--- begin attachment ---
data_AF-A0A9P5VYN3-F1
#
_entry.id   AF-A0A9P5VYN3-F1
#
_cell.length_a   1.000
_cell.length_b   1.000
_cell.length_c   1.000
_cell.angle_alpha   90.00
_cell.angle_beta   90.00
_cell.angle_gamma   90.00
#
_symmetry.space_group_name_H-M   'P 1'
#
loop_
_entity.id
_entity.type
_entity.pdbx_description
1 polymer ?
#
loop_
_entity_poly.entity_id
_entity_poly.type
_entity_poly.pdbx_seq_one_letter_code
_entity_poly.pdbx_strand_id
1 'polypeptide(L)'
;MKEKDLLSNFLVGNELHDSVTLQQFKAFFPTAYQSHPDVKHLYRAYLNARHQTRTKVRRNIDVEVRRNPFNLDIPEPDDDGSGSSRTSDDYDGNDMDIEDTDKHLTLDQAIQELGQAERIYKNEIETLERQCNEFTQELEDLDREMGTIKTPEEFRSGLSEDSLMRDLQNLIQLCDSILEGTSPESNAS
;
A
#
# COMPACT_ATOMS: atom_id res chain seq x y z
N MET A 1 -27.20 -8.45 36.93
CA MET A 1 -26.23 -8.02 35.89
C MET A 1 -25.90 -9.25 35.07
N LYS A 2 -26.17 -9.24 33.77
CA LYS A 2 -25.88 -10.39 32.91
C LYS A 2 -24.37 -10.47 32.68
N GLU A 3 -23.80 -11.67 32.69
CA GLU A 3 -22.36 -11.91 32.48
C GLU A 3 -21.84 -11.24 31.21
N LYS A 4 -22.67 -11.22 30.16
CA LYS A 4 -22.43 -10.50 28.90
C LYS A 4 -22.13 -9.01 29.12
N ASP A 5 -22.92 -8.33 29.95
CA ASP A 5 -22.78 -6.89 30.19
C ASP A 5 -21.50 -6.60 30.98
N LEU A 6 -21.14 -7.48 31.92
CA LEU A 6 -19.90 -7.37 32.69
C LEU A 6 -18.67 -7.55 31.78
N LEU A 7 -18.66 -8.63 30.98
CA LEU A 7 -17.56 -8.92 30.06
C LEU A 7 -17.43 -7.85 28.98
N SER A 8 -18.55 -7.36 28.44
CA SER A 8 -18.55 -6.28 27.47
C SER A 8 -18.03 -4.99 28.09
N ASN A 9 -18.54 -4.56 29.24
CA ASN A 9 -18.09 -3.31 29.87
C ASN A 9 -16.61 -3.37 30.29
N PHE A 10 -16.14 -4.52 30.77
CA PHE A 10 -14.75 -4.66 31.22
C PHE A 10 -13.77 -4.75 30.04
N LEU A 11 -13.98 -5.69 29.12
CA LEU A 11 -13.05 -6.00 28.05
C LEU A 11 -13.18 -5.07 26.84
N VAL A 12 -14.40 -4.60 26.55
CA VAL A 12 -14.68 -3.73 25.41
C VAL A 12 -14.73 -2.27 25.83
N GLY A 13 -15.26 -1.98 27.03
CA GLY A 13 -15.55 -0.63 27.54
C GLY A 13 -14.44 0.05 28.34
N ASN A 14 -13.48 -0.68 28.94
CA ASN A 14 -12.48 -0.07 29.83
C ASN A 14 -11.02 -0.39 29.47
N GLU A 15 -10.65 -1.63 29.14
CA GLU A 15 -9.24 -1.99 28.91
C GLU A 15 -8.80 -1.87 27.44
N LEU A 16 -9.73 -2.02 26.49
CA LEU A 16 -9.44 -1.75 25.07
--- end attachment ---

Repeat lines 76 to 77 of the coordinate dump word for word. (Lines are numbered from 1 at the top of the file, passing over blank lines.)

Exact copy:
N LEU A 16 -9.73 -2.02 26.49
CA LEU A 16 -9.44 -1.75 25.07